Catalog of Double Nucleus Disk Galaxies
We have compiled a catalog of disk galaxies that have a double nucleus,through systematic examination of existing catalogs and publications.The Catalog of Double Nucleus Disk Galaxies includes 107 objects,together with their basic data. The aim of the catalog is to provide amore systematic and homogeneous basis for the study of the relevance ofgalaxy interactions and minor mergers in the formation of these doublenuclei. We have also investigated possible correlations betweengeometric and photometric parameters of the double nuclei and their hostgalaxies. The preliminary results indicate the presence of severalsignificant correlations that should be considered in any theoreticalscenario describing minor mergers and disk galaxy evolution.

Stellar populations in HII galaxies
We analyse the stellar content of a large number of HII galaxies fromthe continua and absorption features of their spectra using populationsynthesis methods, in order to gain information about the star formationhistories of these objects.We find that all galaxies of our sample contain an old stellarpopulation (≥1 Gyr) that dominates the stellar mass, and in amajority of these we also found evidence for an intermediate-agepopulation ≥50 Myr apart from the presently bursting, ionizing younggeneration ≤107 yr.Appendix A is only available in electronic form athttp://www.edpsciences.org

Starbursts in barred spiral galaxies. VI. HI observations and the K-band Tully-Fisher relation
This paper reports a study of the effect of a bar on the neutralhydrogen (HI) content of starburst and Seyfert galaxies. We also makecomparisons with a sample of ``normal'' galaxies and investigate howwell starburst and Seyfert galaxies follow the fundamental scalingTully-Fisher (TF) relation defined for normal galaxies. 111 Markarian(Mrk) IRAS galaxies were observed with the Nançay radiotelescope,and HI data were obtained for 80 galaxies, of which 64 are newdetections. We determined the (20 and 50%) linewidths, the maximumvelocity of rotation and total HI flux for each galaxy. Thesemeasurements are complemented by data from the literature to form asample of Mrk IRAS (74% starburst, 23% Seyfert and 3% unknown) galaxiescontaining 105 unbarred and 113 barred ones. Barred galaxies have lowertotal and bias-corrected HI masses than unbarred galaxies, and this istrue for both Mrk IRAS and normal galaxies. This robust result suggeststhat bars funnel the HI gas toward the center of the galaxy where itbecomes molecular before forming new stars. The Mrk IRAS galaxies havehigher bias-corrected HI masses than normal galaxies. They also showsignificant departures from the TF relation, both in the B and K bands.The most deviant points from the TF relation tend to have a strongfar-infrared luminosity and a low oxygen abundance. These resultssuggest that a fraction of our Mrk IRAS galaxies are still in theprocess of formation, and that their neutral HI gas, partly of externalorigin, has not yet reached a stationary state.Based on observations obtained at the large radiotelescope ofObservatoire de Nançay, operated by Observatoire de Paris.Tables 5 and 6 are only (and Table 4 also) available in electronic format the CDS via anonymous ftp to cdsarc.u-strasbg.fr ( orvia http://cdsweb.u-strasbg.fr/cgi-bin/qcat?J/A+A/416/515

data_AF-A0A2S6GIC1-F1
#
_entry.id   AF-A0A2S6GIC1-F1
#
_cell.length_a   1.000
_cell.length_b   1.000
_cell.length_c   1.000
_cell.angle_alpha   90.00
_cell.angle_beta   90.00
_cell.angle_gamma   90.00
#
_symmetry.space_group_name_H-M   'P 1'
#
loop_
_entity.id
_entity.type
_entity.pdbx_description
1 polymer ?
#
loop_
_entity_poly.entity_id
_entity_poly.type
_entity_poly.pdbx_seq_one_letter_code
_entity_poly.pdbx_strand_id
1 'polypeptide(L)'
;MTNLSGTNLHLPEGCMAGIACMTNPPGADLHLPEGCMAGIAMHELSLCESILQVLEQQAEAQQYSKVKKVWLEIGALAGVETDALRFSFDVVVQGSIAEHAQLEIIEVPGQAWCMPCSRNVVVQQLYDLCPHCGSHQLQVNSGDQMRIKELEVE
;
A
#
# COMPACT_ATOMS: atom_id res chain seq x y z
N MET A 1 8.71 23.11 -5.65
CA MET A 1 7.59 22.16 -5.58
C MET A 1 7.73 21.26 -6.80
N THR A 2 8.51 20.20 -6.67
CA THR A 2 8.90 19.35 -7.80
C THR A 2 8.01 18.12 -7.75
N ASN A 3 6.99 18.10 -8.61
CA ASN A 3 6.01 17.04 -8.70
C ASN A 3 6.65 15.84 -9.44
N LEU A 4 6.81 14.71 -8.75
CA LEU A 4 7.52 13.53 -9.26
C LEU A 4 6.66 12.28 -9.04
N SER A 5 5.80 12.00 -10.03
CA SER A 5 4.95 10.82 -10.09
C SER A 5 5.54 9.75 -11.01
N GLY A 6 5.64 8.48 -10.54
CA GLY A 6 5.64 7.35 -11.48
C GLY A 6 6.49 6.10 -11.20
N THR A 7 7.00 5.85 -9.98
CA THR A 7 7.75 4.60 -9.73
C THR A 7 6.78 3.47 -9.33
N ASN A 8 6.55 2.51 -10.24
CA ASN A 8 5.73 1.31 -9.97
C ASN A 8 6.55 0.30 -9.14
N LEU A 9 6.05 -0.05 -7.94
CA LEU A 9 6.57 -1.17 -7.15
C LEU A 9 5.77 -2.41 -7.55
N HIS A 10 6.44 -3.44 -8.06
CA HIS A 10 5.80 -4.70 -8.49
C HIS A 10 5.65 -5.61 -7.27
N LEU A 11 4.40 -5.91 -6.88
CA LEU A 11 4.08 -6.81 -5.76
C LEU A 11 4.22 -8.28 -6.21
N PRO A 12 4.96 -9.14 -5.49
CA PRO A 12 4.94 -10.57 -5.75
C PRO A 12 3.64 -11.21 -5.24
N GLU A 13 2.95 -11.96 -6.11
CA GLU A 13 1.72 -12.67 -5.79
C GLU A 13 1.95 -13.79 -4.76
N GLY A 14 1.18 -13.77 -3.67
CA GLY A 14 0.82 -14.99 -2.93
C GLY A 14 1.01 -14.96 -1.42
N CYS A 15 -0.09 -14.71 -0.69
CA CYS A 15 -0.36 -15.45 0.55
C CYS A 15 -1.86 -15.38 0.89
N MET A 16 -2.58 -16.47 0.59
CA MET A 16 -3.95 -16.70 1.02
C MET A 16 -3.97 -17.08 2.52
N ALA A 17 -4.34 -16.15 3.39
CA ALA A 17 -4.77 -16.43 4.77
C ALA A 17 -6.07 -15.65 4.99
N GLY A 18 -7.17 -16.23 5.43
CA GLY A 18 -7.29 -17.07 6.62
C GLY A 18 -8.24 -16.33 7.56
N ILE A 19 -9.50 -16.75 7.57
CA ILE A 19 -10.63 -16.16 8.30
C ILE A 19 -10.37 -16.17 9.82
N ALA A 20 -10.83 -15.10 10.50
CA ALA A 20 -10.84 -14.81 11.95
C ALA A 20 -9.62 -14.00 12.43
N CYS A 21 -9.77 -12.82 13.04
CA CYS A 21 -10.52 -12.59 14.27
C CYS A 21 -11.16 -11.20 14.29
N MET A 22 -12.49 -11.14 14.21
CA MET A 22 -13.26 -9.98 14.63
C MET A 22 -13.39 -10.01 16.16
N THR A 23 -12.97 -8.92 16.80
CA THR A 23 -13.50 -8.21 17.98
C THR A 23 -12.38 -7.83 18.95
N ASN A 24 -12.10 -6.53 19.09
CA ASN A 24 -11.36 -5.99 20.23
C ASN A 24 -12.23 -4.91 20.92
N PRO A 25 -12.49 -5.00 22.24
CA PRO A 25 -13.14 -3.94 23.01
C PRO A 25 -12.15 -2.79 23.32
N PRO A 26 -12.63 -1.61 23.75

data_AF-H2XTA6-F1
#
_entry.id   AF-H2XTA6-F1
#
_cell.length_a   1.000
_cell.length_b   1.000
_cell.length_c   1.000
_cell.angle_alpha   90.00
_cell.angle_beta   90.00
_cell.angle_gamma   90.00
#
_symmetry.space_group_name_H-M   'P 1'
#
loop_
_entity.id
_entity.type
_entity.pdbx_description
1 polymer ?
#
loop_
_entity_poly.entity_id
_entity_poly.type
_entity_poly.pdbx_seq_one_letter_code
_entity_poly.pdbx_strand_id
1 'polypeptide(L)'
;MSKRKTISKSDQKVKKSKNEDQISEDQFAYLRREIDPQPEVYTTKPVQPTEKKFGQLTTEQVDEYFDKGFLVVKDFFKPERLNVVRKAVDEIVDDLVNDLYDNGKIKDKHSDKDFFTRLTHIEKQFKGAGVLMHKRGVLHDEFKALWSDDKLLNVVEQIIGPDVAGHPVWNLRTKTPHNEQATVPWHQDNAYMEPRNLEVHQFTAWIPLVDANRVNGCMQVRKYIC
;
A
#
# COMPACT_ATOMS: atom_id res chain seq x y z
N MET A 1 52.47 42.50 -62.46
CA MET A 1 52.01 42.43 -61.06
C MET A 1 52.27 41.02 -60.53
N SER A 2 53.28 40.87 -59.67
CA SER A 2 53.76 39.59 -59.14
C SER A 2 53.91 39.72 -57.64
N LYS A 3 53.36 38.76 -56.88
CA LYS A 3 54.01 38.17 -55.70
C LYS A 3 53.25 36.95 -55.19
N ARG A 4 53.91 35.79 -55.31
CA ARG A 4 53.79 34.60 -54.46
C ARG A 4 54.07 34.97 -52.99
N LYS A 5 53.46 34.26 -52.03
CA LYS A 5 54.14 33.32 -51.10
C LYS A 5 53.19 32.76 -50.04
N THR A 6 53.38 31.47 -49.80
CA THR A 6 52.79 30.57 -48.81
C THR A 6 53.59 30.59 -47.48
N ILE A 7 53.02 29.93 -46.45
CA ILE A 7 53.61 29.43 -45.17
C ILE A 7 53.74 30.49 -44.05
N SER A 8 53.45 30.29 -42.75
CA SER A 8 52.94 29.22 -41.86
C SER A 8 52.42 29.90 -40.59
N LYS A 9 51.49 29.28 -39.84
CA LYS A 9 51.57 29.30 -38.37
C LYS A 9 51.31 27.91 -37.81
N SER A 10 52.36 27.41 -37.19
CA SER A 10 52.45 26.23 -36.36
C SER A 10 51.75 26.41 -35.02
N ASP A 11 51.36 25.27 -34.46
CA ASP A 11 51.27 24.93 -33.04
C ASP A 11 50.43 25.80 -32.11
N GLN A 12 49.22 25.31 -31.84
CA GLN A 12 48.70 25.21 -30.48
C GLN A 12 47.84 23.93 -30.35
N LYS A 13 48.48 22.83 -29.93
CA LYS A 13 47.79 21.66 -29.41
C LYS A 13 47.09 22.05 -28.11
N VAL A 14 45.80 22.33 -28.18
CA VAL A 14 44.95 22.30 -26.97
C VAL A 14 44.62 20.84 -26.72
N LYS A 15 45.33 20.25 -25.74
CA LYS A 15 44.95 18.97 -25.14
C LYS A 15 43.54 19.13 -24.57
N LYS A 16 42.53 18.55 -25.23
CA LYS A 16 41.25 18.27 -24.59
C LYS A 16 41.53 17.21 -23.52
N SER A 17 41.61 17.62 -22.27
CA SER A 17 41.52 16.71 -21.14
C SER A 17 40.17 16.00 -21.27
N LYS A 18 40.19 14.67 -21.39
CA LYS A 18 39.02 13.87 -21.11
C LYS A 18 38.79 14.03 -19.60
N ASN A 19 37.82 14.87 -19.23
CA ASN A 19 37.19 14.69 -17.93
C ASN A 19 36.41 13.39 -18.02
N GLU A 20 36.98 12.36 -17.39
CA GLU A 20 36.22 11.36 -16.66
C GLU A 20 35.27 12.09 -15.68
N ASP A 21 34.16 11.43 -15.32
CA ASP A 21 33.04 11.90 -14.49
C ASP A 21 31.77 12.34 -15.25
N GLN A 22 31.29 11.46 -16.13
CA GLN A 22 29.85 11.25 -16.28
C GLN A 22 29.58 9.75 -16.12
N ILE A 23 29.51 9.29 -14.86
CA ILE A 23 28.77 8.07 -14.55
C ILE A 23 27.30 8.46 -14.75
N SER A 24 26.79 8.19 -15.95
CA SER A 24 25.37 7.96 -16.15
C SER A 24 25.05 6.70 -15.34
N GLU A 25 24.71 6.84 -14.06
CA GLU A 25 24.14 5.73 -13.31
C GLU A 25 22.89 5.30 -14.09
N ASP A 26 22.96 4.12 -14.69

The evolution of stars and gas in starburst galaxies
In systems undergoing starbursts the evolution of the young stellarpopulation is expected to drive changes in the emission-line properties.This evolution is usually studied theoretically, with a combination ofevolutionary synthesis models for the spectral energy distribution ofstarbursts and photoionization calculations. In this paper we present amore empirical approach to this issue. We apply empirical populationsynthesis techniques to samples of starburst and HII galaxies in orderto measure their evolutionary state and correlate the results with theiremission-line properties. A couple of useful tools are introduced thatgreatly facilitate the interpretation of the synthesis: (1) anevolutionary diagram, the axes of which are the strengths of the young,intermediate age and old components of the stellar population mix; and(2) the mean age of stars associated with the starburst, . These toolsare tested with grids of theoretical galaxy spectra and found to workvery well even when only a small number of observed properties(absorption-line equivalent widths and continuum colours) is used in thesynthesis.Starburst nuclei and HII galaxies are found to lie on a well-definedsequence in the evolutionary diagram. Using the empirically defined meanstarburst age in conjunction with emission-line data, we have verifiedthat the equivalent widths of Hβ and [OIII] decrease for increasing. The same evolutionary trend was identified for line ratios indicativeof the gas excitation, although no clear trend was identified formetal-rich systems. All these results are in excellent agreement withlong-known, but little tested, theoretical expectations.